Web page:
I've had an ed say she loved the voice, the plot, and the premise but not the dialogue. There were literally all of three lines of dialogue in that ms.
Yes, here's an example of wanting to give feedback and avoid the problem at the same time, which editors ought to know are mutually exclusive goals. Sure, editors are sometimes skittish about approaching the problem, since some of the things you definitely can do while giving feedback are confuse, anger, frustrate, and offend people. Still, if you're going to skip the problem, skip the "feedback". This sort of letter just makes people wonder what you're using for brains.
"the writing is thin"
This most often means the writing didn't have enough color or personality of its own. This doesn't necessarily mean you need more description, though writers are frequently in danger of taking it that way. Good, muscular writing knows what its goal is in the manuscript, and gets it done with few words. If you choose the right few words, the right few telling details, you only need a few.
"it's too quiet"
This is a topic problem; the editor is saying there isn't enough of a hook. There are now so many books on the market with lovely writing and illustration that those facts alone will not sell a book. If the writing or art is breathtaking, then that can be a hook of its own. Otherwise, the book also needs to be about something people know they want.
"not substantial enough"
This could mean "too thin" or "too quiet" (see above). Hard to say which.
I have a friend who just got a rejection from an ed who said she loved the concept, loved the genuine voice, loved the really great writing, but rejected the ms b/c she wanted to see more b/w 2 characters. As writers we hear over and over that plot can be fixed. But believable voice, solid writing, original concept, etc...have to be there first. So what was the deal-e-oh here? Not even a revision request. Although she did ask to see anything else of the writer's. Is there a subliminal message, like, "I adore this, but my publisher will never green-light this project," huh?For writers, these kinds of rejections are both exhilarating and excruciating.
Sounds like a letter I would have ended with a revision request. It's sometimes hard, though, to be sure a writer's able to change a manuscript the way you think it needs to be changed. And while we'd love to give people the benefit of the doubt, we see a few hundred manuscripts every year that have distinct strengths and that are simply not ready to be published. If we gave all of them an open door for resubmission, we'd regret it almost instantly. My advice: think hard about this feedback, and if you like it enough to make some real changes to the manuscript, do resubmit it. And submit it elsewhere. And keep submitting.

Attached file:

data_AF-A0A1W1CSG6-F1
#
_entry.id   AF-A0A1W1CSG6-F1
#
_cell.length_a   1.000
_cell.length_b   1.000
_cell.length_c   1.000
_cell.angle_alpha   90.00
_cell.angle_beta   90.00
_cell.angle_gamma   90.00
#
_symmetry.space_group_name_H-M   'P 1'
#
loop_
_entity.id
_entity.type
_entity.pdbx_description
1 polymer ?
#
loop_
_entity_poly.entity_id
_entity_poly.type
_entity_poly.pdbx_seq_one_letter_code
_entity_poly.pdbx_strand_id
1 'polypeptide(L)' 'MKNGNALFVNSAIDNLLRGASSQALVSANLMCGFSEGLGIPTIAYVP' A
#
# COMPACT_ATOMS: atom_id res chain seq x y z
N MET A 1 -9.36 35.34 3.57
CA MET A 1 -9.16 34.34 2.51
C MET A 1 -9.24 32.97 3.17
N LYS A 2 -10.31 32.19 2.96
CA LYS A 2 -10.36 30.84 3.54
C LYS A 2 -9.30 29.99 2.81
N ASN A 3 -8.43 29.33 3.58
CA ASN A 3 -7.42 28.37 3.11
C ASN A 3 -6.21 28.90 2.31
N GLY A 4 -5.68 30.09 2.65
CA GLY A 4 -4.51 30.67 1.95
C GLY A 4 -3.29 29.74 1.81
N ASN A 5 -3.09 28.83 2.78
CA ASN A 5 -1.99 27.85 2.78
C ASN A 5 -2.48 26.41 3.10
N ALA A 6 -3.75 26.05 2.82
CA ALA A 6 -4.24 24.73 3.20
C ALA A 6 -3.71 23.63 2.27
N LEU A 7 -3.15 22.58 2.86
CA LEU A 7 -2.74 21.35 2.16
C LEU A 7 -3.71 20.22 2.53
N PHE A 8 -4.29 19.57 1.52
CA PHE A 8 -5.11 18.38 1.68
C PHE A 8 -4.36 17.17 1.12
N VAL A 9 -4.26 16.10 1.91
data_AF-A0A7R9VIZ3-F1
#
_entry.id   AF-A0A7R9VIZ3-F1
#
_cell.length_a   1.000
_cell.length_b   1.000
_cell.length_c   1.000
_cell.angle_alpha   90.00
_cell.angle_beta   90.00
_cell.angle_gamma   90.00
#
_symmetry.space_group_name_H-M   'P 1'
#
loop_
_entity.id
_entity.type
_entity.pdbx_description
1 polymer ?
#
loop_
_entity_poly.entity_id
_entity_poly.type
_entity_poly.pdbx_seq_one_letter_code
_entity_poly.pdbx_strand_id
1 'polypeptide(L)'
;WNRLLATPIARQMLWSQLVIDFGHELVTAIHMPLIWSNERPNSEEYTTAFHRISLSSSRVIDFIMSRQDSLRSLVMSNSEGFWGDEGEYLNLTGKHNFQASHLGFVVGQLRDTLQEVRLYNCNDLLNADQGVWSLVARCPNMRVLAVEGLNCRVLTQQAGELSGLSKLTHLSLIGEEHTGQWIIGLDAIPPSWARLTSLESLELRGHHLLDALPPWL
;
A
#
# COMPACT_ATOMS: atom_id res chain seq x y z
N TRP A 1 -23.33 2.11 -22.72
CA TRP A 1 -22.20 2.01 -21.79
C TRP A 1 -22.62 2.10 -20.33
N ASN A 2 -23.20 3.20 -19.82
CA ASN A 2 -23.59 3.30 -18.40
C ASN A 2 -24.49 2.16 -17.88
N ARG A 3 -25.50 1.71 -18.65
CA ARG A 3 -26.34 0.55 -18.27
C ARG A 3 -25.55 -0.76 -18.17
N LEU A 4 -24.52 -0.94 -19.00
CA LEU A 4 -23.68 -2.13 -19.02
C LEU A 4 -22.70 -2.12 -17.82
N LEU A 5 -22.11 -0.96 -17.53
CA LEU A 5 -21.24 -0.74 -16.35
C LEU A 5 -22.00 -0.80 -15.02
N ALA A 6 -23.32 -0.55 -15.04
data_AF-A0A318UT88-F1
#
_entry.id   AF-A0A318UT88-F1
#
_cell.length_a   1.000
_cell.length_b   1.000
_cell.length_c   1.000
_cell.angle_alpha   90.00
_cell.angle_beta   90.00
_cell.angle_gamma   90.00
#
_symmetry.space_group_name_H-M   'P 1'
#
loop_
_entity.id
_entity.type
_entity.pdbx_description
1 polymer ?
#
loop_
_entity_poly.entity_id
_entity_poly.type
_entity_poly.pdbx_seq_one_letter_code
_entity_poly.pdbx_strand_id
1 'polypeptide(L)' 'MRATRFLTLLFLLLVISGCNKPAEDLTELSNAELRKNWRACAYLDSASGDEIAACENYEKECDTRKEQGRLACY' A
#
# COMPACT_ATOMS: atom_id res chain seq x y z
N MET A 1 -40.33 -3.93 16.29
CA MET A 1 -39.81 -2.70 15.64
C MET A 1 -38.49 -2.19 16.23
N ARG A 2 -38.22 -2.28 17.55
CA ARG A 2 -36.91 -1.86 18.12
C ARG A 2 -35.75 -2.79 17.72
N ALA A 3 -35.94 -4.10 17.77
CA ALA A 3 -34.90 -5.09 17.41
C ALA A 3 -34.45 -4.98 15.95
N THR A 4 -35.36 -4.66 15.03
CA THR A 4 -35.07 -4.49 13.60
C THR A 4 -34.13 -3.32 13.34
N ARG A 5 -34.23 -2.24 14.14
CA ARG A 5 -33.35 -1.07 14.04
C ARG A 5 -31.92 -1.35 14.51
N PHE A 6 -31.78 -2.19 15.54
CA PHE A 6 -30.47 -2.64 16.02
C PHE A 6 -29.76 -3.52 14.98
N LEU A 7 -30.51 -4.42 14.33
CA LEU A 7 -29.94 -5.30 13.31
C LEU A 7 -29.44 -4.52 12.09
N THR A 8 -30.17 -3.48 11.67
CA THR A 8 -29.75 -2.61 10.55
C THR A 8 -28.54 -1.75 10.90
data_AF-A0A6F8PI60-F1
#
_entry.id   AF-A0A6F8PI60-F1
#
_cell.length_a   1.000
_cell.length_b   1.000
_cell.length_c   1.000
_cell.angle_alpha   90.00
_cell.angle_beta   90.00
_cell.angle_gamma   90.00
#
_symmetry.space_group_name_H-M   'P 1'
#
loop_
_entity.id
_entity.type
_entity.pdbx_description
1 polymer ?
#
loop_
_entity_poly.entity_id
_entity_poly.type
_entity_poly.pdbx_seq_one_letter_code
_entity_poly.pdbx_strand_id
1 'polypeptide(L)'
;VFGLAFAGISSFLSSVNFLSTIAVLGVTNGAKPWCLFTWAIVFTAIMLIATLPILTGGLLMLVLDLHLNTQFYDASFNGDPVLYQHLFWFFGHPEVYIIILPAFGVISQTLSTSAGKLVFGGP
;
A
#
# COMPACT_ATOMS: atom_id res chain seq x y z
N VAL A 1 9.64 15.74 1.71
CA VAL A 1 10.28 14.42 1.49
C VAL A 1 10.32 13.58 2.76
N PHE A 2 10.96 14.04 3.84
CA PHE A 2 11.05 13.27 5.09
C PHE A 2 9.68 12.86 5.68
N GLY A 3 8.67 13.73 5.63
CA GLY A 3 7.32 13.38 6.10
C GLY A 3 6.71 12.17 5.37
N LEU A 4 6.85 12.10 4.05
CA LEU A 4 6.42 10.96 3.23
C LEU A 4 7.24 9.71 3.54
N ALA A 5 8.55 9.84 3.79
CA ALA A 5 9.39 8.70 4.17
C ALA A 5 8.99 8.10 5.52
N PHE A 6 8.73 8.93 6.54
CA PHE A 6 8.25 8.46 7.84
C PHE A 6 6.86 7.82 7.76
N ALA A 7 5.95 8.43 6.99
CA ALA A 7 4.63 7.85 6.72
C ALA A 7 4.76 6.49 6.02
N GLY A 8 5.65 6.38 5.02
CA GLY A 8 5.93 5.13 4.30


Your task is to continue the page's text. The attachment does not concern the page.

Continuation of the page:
My husband has noticed that I get more vague yet personal rejections of the "I loved this, really enjoyed it, want a copy for myself but...no." variety between May and September... Even worse are the friendly, unsigned replies from publishers who told me not to include a SASE b/c they only respond if interested... so someone actually SPENT MONEY to send me a vaguely polite rejection..His diagnosis? Summer Interns.(Though I half-wonder if the polite rejection from the "only respond if interested" publisher was, in fact, a veiled attempt to say "please don't EVER submit to us again." Then I stop being paranoid and make another pot of coffee to make me feel better...)
I would attribute any rejection in the vein of "This was so great! I can't think of a single thing to criticize! Not on your life!" to interns.
The friendly, unsigned replies from houses who don't promise a response, however, I would take as actually friendly (while obviously not real personal or helpful).
Now, I do know what you mean about a polite letter that was sent in the hope that the author would never submit again, but you can be absolutely sure you've never received one. You seem perfectly sane. We don't send those letters to the clueless or the people who need to work on their manuscript some more. We don't even send them to the people who we feel could really work on their writing some more. They are solely for the very occasional certifiably insane person whose manuscript and/or cover letter actually scares us. They are "Oh my god, send this person a very nice but vague letter and let's hope the next thing we get from him isn't a bomb" letters.
So far we have not gotten any bombs, but trust me, some of the slush is just that terrifying.